Caution still abounds (and is recommended)
We're probably not out of the woods yet and we remain cautiously positioned, as we have been for several months. And although Friday's action provides an example of the peril of taking a portfolio to pure defense, today's weaker-than-expected reading from the Institute for Supply Management on manufacturing has caused the market to erase some of those gains. This pattern of sharp rallies followed by equally sharp disappointments and pullbacks is probably with us at least in the near term.
In early April, I wrote a report highlighting elevated optimistic sentiment among investors as a reason for caution, given that sentiment (at extremes) acts in a contrarian fashion. As you can see in the chart below, thanks to the near-10% correction by the S&P 500 through early June, that optimism was wiped out and only now are we moving up from extreme pessimism territory. Frankly, I'd been hoping to see sentiment washed out even more.
Source: FactSet, Ned Davis Research (NDR), Inc. (Further distribution prohibited without prior permission. Copyright 2012 (c) Ned Davis Research, Inc. All rights reserved), as of June 26, 2012.
Do note that the best performance for the market historically has come when sentiment moves back into neutral territory from excessive pessimism. This is a path not yet confirmed by the latest move, but we could get there.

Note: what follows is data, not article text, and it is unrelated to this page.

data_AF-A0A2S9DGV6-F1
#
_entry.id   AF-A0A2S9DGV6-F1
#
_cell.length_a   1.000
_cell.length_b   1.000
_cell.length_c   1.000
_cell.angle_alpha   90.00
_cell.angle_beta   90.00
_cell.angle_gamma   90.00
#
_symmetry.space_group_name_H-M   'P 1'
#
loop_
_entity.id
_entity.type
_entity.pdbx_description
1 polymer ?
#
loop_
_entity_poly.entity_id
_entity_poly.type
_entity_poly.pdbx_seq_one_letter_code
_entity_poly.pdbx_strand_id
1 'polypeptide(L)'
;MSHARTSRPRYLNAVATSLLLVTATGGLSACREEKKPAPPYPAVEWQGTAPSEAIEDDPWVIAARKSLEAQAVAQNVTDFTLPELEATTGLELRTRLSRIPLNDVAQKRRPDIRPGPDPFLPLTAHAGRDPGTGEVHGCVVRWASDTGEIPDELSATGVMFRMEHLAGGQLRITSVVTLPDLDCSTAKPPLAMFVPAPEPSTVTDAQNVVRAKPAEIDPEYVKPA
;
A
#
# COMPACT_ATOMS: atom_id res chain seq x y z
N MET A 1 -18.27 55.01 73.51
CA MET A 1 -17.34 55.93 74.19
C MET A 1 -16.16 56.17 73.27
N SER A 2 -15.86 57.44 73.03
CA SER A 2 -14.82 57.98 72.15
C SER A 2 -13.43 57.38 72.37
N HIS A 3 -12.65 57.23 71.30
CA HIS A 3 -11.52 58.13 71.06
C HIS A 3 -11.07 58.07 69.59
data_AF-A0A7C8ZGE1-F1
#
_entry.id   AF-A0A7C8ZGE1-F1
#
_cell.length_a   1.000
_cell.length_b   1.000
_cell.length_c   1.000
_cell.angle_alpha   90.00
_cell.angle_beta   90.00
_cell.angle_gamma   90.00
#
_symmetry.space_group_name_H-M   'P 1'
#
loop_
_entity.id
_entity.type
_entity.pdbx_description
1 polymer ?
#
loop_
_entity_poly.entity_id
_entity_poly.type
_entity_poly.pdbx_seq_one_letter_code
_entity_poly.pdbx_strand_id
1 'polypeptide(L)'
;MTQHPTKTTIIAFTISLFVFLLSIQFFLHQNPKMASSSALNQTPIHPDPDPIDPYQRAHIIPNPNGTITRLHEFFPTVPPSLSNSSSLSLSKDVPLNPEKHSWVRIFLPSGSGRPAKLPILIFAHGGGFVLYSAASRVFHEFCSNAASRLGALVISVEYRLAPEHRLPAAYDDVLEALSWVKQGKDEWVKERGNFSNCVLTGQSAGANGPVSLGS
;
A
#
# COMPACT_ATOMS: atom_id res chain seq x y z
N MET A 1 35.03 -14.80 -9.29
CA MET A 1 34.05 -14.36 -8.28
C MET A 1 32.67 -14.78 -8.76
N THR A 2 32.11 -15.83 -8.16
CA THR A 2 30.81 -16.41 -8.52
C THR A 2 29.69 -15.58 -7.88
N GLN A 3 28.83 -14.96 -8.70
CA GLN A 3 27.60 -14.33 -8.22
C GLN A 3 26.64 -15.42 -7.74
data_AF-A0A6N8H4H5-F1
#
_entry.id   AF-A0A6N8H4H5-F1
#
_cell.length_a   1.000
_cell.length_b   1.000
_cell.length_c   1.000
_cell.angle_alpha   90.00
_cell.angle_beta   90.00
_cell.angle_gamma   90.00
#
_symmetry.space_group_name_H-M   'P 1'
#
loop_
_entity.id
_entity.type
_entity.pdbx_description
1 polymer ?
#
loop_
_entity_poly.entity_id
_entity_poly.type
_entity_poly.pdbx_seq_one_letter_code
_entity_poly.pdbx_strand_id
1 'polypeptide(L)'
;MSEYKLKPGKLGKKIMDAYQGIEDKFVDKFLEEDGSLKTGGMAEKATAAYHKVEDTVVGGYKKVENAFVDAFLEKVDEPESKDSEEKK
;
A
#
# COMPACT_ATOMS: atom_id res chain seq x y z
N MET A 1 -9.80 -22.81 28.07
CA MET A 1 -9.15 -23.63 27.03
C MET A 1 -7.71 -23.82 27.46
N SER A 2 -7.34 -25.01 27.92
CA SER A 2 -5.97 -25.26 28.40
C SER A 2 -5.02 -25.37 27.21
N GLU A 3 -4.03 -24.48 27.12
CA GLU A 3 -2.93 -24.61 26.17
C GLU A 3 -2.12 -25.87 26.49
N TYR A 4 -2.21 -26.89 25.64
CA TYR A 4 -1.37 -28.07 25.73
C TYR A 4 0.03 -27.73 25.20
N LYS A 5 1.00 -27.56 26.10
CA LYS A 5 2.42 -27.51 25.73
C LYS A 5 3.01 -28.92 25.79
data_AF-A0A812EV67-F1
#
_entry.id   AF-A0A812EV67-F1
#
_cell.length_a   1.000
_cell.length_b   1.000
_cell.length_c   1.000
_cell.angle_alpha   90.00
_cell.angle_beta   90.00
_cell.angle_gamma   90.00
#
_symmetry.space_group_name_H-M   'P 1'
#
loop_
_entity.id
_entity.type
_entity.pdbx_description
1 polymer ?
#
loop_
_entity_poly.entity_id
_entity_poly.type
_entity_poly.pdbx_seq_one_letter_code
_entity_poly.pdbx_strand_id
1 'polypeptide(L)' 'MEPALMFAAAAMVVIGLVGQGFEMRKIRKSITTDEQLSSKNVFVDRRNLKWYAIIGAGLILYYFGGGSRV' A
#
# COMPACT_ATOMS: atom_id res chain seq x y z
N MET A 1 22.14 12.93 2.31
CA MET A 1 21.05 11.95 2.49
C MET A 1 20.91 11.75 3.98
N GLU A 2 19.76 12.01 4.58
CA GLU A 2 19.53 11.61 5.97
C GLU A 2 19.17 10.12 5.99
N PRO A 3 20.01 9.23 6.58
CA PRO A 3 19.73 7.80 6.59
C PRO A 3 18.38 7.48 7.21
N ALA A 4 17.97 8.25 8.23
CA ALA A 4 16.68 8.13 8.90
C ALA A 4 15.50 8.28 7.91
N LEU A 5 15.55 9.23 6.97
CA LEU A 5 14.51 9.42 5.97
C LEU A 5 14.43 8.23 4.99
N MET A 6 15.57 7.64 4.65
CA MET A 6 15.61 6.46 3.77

Investors have de-risked
Much of the popular sentiment data, including some of what's in the poll above, measures attitudes, not actions. When looking at the latter, we find that investors of all types have been de-risking for some time, which helps explain the ferocity of the rally last week. When a market shoots higher and investors are under-exposed, it can create a frenzy of buying.
ISI Group tracks the invested position of institutional stock managers as well as hedge funds. The former's exposure to stocks is presently at a low 66%, lower than at the market's bottom in early 2009. At a 44% net exposure to stocks, hedge funds are slightly less bearish relative to early 2009 (when they were at 42%), but well below the 50-55% that was pervasive in 2010 and early 2011.